A contract potentially worth $21.88 billion over 10 years, Microsoft is getting ready to sell 120,000 Hololens-based headsets to the US Army.
As reported by CNBC, this contract will see Microsoft sending the Army a more rugged version of its heads-up display, called Integrated Visual Augmentation System (IVAS), which will be used to train soldiers in mixed reality.
“The system also leverages augmented reality and machine learning to enable a life-like mixed reality training environment so the Close Combat Force (CCF) can rehearse before engaging any adversaries,” explains a US Army statement.
The deal between Microsoft and the US Army started taking shape in 2018 and left some Microsoft employees worried about what their tech will be used for.
“We are alarmed that Microsoft is working to provide weapons technology to the US Military, helping one country’s government ‘increase lethality’ using tools we built. We did not sign up to develop weapons, and we demand a say in how our work is used,” they wrote in an open letter addressed to CEO Satya Nadella and president Brad Smith.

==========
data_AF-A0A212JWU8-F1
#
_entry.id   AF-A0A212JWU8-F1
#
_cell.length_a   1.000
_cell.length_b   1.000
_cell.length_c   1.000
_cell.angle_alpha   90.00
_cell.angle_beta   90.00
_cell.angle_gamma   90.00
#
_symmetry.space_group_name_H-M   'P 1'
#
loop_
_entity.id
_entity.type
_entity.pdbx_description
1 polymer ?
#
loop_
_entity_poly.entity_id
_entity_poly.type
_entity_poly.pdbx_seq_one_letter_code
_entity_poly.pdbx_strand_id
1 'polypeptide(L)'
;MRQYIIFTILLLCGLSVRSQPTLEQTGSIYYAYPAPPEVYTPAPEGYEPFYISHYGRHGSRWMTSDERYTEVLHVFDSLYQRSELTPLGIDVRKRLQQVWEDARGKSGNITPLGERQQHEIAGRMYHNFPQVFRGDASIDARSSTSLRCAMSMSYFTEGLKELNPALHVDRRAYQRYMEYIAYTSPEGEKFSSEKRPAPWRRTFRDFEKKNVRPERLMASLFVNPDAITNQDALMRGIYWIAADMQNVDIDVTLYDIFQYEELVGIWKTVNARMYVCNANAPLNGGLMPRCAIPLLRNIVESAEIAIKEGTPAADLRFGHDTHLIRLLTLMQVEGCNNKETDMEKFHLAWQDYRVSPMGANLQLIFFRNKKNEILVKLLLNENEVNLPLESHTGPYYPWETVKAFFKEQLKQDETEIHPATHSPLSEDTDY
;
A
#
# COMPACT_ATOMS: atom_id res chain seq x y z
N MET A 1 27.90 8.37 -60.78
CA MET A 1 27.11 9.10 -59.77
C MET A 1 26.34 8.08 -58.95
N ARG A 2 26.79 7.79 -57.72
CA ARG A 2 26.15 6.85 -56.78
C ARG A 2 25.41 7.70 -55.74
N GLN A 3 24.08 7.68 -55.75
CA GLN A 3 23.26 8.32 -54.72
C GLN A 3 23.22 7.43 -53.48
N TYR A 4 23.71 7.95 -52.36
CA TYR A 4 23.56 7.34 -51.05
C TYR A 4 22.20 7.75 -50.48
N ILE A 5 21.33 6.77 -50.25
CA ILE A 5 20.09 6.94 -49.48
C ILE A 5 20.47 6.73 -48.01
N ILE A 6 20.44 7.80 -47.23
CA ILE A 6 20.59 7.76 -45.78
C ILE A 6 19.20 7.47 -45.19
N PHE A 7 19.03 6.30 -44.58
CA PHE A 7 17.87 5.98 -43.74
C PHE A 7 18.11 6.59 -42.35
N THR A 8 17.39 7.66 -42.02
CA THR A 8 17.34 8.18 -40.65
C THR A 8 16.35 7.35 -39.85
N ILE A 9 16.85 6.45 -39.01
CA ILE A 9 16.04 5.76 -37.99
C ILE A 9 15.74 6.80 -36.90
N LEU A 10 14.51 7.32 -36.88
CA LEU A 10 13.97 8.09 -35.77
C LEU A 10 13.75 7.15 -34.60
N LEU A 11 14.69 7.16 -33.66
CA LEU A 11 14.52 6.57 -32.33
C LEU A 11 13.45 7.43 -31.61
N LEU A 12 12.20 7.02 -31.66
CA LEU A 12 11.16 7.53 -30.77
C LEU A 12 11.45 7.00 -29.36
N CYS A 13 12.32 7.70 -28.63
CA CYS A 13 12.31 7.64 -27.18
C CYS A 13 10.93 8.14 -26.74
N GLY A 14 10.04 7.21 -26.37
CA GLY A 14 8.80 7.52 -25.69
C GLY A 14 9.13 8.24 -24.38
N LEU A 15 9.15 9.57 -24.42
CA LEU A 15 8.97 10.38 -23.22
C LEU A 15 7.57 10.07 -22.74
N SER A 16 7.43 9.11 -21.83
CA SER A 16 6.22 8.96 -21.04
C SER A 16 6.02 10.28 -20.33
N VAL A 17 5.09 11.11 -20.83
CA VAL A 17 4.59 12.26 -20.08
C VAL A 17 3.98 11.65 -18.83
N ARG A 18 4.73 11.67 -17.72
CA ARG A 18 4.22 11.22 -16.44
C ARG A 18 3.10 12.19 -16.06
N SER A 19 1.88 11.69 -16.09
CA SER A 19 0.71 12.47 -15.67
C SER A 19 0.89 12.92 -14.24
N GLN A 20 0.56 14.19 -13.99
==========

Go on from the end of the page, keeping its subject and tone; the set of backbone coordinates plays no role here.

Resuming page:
Despite their protests, the CEO was unmoved.
He told CNN Business that Microsoft “made a principled decision that we’re not going to withhold technology from institutions that we have elected in democracies to protect the freedoms we enjoy”.
Back in 2018, the value of the contract was under $500 million but, evidently, Microsoft’s commitment to “freedom protectors” paid off big time.
The Integrated Visual Augmentation System (IVAS) headsets have been tested for the past two years by US soldiers – and could be an essential Army tool in the very near future.